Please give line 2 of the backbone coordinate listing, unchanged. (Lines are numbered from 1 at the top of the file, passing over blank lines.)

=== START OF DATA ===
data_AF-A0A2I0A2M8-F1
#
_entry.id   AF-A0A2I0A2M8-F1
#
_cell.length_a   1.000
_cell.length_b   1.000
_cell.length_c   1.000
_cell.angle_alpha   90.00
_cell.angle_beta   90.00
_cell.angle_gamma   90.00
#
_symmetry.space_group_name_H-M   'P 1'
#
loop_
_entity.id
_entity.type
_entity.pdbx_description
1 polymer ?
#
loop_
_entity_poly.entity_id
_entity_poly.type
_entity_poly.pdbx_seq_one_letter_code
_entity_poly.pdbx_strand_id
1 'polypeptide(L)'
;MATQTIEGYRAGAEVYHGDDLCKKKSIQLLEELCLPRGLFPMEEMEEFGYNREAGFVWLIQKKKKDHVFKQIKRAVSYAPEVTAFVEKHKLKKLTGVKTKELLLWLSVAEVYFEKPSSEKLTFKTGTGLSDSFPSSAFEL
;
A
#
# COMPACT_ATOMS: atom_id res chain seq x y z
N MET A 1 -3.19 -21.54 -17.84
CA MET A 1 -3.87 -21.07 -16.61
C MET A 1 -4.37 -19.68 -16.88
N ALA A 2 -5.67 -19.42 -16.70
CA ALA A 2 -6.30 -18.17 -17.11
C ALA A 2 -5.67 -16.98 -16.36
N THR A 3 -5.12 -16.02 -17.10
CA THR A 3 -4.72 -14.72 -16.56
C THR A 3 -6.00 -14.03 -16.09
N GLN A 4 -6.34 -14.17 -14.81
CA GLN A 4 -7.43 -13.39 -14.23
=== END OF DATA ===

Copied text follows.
#